As a minister and disability awareness specialist, I offer biblically based training to congregations, book clubs, and other organizations that are interested in learning how the church can proactively include people with disabilities.

My training topics include:

  • How to identify and mitigate barriers to inclusion
  • How to practice disability etiquette
  • How to launch a disability ministry
  • How to launch a mental health ministry
  • How to evangelize people with intellectual disabilities
  • How to formulate a sound theology of disability and suffering


As a minister, I believe that God commands the Christian church to practice inclusion for all people just as Jesus did. Clearly, Jesus did not focus his ministry solely on those who were able to provide for themselves, but he concentrated on healing and comforting those who had need of him.

Matthew 4:23-25 informs us about how Jesus healed people with all types of diseases so that the glory of God could be revealed. Mark 8:22-25 lets us know that Jesus healed a man who was blind. Luke 14:13 admonishes us to invite social outcasts who are disabled to our feasts. And John 5:1-15 presents a narrative that describes Jesus’ encounter with the man who had an infirmity for 38 years.

In each case, Jesus extended his love and compassion for those who were marginalized and rejected by society. And just as there were people with disabilities in Jesus’ days, such is the case for the contemporary church.

Moreover, when the church demonstrates that people with disabilities are not a burden to the church, but add value to the Kingdom, congregants will begin to treat them with dignity and respect. And the watching world will discern the omnipresent glory of God in everyone’s life.

Disability Awareness Consultant

On July 26, 2015, America celebrated the 25th anniversary of ADA (Americans with Disabilities Act). Yet during this historic celebration, people affected by disability still struggled to overcome the church’s attitudinal barriers that prevented them from gaining equal access to the love of Jesus.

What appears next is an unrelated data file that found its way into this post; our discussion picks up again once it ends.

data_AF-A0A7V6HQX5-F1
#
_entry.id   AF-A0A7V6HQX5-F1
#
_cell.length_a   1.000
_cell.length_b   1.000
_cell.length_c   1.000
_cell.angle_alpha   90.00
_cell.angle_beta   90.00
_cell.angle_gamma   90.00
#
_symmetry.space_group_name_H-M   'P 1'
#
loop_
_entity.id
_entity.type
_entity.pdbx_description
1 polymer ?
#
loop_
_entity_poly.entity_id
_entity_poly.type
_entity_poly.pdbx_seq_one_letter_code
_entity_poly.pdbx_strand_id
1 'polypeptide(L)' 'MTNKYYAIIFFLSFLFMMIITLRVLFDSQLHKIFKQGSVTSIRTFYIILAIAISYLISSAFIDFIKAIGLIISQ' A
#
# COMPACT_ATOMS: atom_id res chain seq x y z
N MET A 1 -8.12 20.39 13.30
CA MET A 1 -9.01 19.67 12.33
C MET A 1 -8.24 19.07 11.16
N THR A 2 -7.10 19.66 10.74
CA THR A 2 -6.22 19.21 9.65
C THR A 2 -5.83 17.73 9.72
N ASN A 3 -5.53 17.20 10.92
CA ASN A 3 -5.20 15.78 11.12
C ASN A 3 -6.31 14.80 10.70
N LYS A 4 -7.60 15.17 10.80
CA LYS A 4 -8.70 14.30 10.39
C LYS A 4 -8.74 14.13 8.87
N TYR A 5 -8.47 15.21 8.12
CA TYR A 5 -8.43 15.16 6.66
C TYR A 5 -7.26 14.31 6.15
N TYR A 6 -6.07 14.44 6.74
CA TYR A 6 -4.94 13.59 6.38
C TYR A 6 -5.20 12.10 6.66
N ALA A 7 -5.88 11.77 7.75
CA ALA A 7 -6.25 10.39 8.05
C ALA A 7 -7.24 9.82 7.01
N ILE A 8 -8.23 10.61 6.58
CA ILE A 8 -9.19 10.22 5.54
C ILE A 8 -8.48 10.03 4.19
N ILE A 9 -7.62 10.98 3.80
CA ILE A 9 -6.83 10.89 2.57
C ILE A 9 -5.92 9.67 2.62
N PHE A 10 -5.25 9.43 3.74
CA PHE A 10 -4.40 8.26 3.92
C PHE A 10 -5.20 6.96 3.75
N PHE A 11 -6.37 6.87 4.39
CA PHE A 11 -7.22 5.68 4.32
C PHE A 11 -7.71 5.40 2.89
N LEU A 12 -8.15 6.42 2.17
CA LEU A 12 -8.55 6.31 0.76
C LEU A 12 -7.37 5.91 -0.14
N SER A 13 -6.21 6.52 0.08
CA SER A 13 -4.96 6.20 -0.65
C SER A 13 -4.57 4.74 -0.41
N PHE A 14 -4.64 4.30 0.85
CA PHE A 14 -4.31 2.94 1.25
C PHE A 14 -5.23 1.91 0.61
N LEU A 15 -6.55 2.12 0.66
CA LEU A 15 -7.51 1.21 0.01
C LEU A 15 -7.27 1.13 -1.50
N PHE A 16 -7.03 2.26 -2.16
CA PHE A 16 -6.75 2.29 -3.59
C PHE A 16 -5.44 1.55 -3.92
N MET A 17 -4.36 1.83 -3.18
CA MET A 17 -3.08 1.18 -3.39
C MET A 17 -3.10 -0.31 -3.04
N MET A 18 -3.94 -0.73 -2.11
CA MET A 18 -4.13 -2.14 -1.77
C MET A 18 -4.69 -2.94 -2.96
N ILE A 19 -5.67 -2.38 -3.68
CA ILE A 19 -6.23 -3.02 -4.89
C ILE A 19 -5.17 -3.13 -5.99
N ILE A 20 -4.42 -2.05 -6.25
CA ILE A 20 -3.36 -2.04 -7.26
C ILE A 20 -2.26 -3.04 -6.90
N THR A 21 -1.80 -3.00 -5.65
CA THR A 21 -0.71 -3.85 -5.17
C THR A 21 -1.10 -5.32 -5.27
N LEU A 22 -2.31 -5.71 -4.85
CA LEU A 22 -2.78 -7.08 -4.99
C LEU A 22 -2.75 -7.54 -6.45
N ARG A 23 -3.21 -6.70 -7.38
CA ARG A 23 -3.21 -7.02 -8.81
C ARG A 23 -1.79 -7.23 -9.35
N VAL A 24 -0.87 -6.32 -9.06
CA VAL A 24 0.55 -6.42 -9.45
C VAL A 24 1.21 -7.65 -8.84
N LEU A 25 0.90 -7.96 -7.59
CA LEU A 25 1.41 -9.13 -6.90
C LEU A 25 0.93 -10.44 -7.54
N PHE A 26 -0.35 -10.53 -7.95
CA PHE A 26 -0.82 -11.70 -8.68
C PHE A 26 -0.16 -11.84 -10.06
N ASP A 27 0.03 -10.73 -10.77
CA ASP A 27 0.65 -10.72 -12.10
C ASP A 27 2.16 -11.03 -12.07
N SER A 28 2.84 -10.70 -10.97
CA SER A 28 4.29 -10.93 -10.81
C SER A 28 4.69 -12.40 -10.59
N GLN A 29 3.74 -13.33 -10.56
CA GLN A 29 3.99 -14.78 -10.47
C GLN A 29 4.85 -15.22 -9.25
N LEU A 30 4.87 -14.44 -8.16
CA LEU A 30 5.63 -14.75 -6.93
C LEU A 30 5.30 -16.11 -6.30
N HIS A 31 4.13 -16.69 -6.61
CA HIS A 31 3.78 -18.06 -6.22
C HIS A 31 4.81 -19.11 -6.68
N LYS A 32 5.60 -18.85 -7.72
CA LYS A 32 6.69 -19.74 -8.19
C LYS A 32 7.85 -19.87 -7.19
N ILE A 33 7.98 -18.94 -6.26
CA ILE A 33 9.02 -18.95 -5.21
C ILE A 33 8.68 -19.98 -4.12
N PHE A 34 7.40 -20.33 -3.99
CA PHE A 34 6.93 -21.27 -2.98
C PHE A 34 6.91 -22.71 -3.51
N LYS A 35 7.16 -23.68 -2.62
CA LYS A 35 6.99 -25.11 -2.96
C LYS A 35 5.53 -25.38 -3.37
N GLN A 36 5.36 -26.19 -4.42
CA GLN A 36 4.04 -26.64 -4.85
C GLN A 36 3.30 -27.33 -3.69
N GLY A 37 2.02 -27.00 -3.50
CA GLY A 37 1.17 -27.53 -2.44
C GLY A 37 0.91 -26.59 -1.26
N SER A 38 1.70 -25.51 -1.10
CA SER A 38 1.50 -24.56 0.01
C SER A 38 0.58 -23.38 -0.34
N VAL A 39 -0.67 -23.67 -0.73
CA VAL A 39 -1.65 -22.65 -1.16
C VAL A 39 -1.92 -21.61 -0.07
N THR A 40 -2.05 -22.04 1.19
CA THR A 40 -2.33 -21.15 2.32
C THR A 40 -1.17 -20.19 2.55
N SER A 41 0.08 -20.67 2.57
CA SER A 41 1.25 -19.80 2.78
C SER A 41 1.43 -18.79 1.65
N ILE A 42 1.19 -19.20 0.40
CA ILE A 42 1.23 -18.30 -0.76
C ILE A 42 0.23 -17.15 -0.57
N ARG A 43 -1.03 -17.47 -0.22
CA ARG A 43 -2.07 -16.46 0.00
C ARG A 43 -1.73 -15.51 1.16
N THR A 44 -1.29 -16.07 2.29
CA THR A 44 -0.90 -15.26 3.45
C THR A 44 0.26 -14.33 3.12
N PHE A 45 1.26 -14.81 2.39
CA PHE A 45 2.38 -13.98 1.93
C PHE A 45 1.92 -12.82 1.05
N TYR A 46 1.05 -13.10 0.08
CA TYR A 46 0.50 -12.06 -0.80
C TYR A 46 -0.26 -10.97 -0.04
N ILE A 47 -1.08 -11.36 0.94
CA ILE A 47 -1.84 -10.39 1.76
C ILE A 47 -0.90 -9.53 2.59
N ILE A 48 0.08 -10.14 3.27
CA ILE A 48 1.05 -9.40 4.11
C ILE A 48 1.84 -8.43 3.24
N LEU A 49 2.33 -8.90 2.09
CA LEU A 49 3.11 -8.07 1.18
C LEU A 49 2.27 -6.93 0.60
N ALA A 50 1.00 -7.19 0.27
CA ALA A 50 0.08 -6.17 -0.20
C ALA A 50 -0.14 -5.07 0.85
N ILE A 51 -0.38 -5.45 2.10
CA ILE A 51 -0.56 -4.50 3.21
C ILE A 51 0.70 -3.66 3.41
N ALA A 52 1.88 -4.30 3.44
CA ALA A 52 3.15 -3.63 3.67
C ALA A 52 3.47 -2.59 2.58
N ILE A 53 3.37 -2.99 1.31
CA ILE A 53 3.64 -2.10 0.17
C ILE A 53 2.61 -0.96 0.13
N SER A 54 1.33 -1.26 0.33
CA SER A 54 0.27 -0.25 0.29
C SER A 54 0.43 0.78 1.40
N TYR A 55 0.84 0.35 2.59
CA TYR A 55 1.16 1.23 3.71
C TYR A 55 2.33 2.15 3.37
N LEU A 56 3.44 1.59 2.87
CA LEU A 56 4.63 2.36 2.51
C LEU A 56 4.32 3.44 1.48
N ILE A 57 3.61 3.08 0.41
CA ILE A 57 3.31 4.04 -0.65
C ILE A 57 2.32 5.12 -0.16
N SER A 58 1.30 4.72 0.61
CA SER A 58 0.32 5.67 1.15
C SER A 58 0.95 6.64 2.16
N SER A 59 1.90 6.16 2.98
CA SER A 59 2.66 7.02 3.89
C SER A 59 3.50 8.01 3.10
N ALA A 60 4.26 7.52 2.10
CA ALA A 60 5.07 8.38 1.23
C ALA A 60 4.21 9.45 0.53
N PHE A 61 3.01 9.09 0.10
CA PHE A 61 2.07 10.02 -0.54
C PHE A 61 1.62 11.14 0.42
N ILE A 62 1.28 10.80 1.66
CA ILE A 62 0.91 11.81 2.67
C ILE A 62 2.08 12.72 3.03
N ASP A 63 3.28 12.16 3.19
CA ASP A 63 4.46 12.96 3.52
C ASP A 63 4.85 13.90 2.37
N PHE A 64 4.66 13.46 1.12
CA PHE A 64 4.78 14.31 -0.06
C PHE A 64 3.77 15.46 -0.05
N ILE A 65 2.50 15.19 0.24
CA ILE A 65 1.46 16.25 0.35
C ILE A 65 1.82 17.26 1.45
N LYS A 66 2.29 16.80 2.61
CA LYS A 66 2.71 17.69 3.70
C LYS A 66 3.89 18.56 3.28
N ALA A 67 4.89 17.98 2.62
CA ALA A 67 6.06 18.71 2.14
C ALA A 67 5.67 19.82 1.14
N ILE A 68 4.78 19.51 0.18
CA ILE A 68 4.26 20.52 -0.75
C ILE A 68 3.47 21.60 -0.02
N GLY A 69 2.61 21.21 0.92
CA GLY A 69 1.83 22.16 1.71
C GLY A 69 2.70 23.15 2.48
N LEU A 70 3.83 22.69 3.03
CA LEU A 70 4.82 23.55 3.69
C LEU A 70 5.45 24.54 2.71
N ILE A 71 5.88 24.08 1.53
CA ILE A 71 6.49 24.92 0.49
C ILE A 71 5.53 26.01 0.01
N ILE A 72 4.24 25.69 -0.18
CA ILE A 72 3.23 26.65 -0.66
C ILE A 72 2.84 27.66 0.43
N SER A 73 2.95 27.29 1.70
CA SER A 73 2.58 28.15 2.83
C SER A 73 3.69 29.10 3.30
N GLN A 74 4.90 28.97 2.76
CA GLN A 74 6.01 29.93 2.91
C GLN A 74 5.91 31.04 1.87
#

In contemporary society, the church has become the political, social, and economic center for the marginalized and downtrodden in the community. The church is the sanctuary is the safe place where the “have nots” can obtain refuge and relief while attempting to respond to some of the hard issues of life such as unemployment, crime, drug addition, eviction, and unplanned pregnancy. And although the church seeks to address these dire issues by offering job training, health screening, and counseling, it remains silent on advocating a disability ministry.


Not many authors dare to write about a topic without first experiencing the nuances of that topic. Cleveland’s experiences with physical disability originated with a strange twist. In 2020, Cleveland published his first book The Worst day of the Week: How Christian Faith Communities Can Transform Sunday Into the Best Day of the Week For People Affected by Disability.

Ironically, in 2021, he gained first-hand knowledge of the physical and psychological challenges people with disabilities must confront on a daily basis. As a result of his being diagnosed with severe arthritis in both knees, his mobility was limited. He became a candidate for double knee replacement surgery.

But thanks be to God, further periodic evaluations revealed that his knees were regaining their strength to the extent that he no longer needed the replacement surgeries. Cleveland transitioned from wheelchair to walker to cane to independent mobility.

Today, Cleveland understands why God allowed him to become temporarily disabled. Had he not been disabled, then perhaps his advocacy for the church’s inclusion of people with disabilities would have been of little effect.
To God be the glory!